Copyright 2001 / Los Angeles Times
Los Angeles Times


May 17, 2001 Thursday Home Edition

SECTION: California; Part 2; Page 4; Metro Desk

LENGTH: 691 words

HEADLINE: Los Angeles;

Special Election Is Called for Council Seat Held by Ferraro;
Politics: Eight candidates have filed for the Sept. 11 vote. The 4th
District seat was vacated by councilman's death.

BYLINE: PATRICK McGREEVY, TIMES STAFF WRITER


The Los Angeles City Council ordered Wednesday a special election on Sept.
11 to fill the council seat of the late John Ferraro, a race that has
already attracted eight candidates, including former state Senate
President Pro Tem David Roberti.

Even before Wednesday's council action, fund-raising papers had been filed
with the city by hopefuls such as Roberti, Los Angeles Community College
Board member Beth Garfield, and former Ferraro aide Tom LaBonge.

Ferraro died April 17 after a long bout with cancer. He was 76 and had
served the 4th Council District for 35 years. His death triggers a special
election to fill out the nearly two years remaining on his term. City
Clerk Mike Carey estimated that 15 to 20 candidates will run for the seat,
and the special elections will cost $560,000.

If needed, a runoff election will be held Oct. 23.

"It will be a very competitive race, and it's going to be an expensive
race," said political consultant John Shallman, who is not affiliated with
any of the contenders. "There is still time for others to get in, but it
looks like a solid group of candidates so far."

Shallman predicted that the top candidates will exceed $1 million in
combined spending. He said Garfield and Roberti appear to have advantages
because of fund-raising ability and government experience, but he said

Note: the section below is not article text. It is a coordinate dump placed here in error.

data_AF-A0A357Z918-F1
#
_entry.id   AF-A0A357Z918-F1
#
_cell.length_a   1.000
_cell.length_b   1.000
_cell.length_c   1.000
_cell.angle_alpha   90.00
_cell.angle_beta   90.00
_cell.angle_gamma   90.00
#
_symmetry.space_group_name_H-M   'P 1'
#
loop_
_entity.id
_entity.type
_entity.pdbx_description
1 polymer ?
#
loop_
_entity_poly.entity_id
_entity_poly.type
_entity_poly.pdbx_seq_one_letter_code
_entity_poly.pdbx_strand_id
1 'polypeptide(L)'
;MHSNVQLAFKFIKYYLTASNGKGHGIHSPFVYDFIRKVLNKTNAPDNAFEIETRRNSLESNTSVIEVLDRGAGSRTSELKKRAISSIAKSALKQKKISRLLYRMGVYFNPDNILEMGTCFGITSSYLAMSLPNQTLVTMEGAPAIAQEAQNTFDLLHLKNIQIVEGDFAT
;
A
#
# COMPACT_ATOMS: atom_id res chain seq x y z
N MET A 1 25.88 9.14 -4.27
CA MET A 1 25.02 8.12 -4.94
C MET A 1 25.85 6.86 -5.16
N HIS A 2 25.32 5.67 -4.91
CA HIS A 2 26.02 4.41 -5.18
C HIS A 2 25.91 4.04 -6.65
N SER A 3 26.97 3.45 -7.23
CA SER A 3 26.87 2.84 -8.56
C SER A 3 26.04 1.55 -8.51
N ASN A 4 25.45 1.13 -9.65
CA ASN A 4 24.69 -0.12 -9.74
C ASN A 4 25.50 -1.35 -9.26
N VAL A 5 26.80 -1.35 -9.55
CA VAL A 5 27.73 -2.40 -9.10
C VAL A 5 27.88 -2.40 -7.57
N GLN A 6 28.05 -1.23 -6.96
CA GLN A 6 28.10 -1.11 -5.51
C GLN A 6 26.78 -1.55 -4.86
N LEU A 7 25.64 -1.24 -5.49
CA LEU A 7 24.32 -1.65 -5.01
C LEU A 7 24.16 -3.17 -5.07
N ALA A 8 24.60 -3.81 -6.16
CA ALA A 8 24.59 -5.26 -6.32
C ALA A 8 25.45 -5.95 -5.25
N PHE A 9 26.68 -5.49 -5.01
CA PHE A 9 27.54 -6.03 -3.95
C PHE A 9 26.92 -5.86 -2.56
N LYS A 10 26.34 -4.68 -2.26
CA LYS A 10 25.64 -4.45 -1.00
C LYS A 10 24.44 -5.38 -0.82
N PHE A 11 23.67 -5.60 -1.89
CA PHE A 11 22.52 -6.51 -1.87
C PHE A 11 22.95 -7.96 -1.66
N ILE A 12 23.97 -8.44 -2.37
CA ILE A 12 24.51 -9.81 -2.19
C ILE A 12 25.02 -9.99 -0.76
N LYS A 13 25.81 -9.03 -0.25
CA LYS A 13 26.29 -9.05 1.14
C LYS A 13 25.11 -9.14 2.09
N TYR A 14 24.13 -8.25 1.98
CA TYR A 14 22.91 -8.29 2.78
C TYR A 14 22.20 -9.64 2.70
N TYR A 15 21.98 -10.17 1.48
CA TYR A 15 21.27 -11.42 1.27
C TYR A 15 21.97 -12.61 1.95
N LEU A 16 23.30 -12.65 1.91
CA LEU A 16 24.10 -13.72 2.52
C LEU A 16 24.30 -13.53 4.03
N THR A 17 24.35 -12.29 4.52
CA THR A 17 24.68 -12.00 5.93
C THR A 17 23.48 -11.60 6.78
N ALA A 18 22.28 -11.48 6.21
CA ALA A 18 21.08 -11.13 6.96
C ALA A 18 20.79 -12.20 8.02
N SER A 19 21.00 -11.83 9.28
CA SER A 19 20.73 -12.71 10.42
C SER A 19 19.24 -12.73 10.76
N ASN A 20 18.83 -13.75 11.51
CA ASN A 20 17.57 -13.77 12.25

LaBonge also is a viable contender.

The district extends from Toluca Lake, Studio City and North Hollywood in
the San Fernando Valley to Hancock Park, the Miracle Mile, and parts of
Hollywood, Los Feliz and Silver Lake.

Garfield, an attorney and resident of Larchmont Village, said her
experience in turning around the financially troubled college district
will help her improve city operations.

"The city is really coming apart at the seams, fundamentally because of a
lack of basic city services," said Garfield, who is married to former
state Assemblyman Wally Knox.

Roberti, who served in the Assembly from 1967 to 1971 and the state Senate
from 1971 to 1994, is a Los Feliz resident who now serves on the state
Integrated Waste Management Board.

LaBonge said his seven years as an aide to Mayor Richard Riordan and 15
years working as Ferraro's chief field deputy give him the best
understanding of the district and its constituents.

"The big issue is who is best able to serve this district well," said
LaBonge, a Silver Lake resident who is director of community relations for
the Los Angeles Department of Water and Power.

LaBonge received a boost this week when Riordan threw his support behind
his former aide.

Riordan had been torn between LaBonge and city Library Commission
President David A. Lehrer, who with his fellow panel members renamed the
Central Library after Riordan last month.

"It breaks my heart not to support him, but Tom is my guy," Riordan said.
"Tom has been so loyal to me since I first ran for mayor that I've got to
support him."

But Riordan said he had not yet broken the news to Lehrer, the
Anti-Defamation League's regional director. And Lehrer insisted that
Riordan might still support him.

Other possible candidates who have not yet filed include mayoral chief of
staff Kelly Martin and Studio City Residents Assn. President Tony Lucente.

Several lesser-known community activists have filed papers to begin
fund-raising, including paralegal Denise Munro Robb, president of the
Miracle Mile Action Committee, who said that overdevelopment and historic
preservation are among the issues that most interest her.

Merle M. Singer, a resident of the Hollywood Hills, said running for the
council is a "natural progression" of her activism in the community to
improve the quality of life and reduce crime.

As a landlord in Hollywood, Singer heads the Yucca Corridor Coalition. She
also has served as co-chairwoman of the Community Police Advisory Board
for the Hollywood police station.

Fund-raising papers also have been filed by developer and former 4th
District candidate Benjamin Lucas, homeowner activist Linda Lockwood and
neighborhood leader Richard MacMinn.

Times staff writer Michael Finnegan contributed to this story.

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